Skin inflammatory (nontumor)
Dermal collagen and elastic tissue alterations, and cutaneous deposits
Amyloidosis

Author: Mowafak Hamodat, M.D., M.Sc. (see Authors page)

Revised: 17 October 2018, last major update July 2011

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PubMed Search: Amyloidosis [title] skin

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Cite this page: Hamodat, M. Amyloidosis. PathologyOutlines.com website. http://www.pathologyoutlines.com/topic/skinnontumoramyloidosis.html. Accessed December 18th, 2018.
Clinical features
  • In primary localized cutaneous amyloidosis, by definition, there is no systemic or other dermatologic disorder
  • Either macular (Central / South America, India, Middle East), lichenoid (China), biphasic or nodular
  • Macular: moderately pruritic dark brown papules in reticulated or rippled pattern, symmetric over upper back and arms
  • Lichenoid: intensely pruritic, discrete, firm, hyperkeratotic plaques and papules of anterior shins and extensor forearms, with amyloid deposits in papillary dermis accompanied by hyperkeratosis, papillomatosis and epidermal hyperplasia
  • Biphasic: lichenoid and macular
  • To differentiate between amyloid AA and other types, use potassium permanganate reaction; amyloid AA does not stain with Congo Red after potassium permanganate, but others do (Am J Pathol 1979;97:43)
Case reports
Clinical images

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Facial involvement

Figure 1: Flat, dusky brown patch of upper back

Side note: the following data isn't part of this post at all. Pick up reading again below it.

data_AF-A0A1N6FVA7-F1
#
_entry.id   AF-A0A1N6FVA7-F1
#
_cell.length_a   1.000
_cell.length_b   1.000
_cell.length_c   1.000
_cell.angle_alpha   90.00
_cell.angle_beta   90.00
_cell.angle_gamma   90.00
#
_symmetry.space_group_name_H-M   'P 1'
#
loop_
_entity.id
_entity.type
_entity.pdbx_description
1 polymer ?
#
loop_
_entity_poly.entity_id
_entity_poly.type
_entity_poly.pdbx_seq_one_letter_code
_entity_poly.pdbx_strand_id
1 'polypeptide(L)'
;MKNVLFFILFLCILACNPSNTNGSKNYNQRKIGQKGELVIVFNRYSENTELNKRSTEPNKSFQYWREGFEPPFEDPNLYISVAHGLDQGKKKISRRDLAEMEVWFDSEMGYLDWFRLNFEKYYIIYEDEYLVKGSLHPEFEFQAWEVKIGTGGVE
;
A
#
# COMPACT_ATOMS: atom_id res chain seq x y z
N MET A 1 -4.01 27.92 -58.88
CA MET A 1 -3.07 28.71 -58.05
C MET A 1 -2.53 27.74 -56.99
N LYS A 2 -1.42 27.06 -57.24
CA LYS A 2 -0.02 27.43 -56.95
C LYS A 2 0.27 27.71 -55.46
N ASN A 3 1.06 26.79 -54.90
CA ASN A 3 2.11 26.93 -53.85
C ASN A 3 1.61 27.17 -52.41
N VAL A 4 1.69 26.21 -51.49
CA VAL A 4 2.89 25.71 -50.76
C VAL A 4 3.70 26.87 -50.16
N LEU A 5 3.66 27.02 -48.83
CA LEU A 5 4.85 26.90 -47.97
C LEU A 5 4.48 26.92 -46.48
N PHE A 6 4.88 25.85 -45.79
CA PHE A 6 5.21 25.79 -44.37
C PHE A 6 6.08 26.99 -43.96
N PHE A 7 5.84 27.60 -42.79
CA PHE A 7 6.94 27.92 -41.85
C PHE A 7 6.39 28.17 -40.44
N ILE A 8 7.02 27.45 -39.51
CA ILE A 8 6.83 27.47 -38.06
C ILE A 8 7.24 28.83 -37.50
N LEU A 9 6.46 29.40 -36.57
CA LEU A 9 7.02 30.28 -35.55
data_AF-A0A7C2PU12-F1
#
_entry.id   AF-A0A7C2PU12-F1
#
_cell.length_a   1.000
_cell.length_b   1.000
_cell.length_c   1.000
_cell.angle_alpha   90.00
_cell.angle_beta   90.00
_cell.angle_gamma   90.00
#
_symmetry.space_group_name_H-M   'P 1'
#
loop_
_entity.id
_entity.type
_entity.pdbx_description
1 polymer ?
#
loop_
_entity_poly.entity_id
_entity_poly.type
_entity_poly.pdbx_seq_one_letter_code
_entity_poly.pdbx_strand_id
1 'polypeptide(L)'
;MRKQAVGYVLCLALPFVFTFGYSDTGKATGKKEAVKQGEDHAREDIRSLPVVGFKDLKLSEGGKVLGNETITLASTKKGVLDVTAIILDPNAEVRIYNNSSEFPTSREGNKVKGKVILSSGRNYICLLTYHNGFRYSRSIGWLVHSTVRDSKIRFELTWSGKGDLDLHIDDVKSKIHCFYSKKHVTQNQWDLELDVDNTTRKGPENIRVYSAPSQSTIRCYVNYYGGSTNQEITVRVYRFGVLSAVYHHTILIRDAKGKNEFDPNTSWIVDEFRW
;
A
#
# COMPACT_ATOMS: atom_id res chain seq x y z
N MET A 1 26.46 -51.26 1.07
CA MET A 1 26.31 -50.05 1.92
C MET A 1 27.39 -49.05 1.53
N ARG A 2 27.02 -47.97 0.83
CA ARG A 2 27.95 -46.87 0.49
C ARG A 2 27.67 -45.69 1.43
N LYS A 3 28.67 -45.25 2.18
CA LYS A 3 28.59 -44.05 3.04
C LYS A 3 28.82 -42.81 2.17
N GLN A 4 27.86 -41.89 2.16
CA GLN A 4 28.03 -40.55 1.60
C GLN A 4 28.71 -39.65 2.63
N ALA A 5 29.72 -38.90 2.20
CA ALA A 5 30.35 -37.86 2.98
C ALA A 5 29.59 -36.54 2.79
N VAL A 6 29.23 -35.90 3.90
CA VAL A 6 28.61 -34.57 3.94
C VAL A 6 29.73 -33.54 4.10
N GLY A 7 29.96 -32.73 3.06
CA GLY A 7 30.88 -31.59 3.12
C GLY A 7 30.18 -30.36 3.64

2: Sirius red+ amorphous material
3: Cytoplasm is cytokeratin MNF+

Microscopic (histologic) description
  • Primary amyloidoisis: masses of eosinophilic, amorphous, fissured material in dermis and subcutaneous tissue
  • Macular amyloidosis: focal / small amounts of eosinophilic faceted deposits in papillary dermis; also pigment incontinence
  • Lichenoid amyloidosis: hyperkeratosis, acanthosis, basal hydropic degeneration; small eosinophilic globules in papillary dermis; also mild chronic inflammatory cell infiltrate, pigment incontinence
Microscopic (histologic) images

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Various images

Congo Red staining without (left) and with (right) polarization microscopy

Congo Red staining (left) and Thioflavin-T staining with fluorescent microscopy (right)

Positive stains
  • Congo Red shows apple-green birefringence under polarized light
  • Methyl or cresyl violet
  • Thioflavin T with examination using fluorescence microscopy
Electron microscopy description
  • Straight non branching amyloid filaments with a diameter of 6 - 10 nm showing a hollow core on cross section
  • Infra red microscopy reveals a beta–pleated antiparallel configuration
Electron microscopy images

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Mesh-like pattern consisting of 6 - 10 nanometer nonbranching fibrils diagnostic of amyloid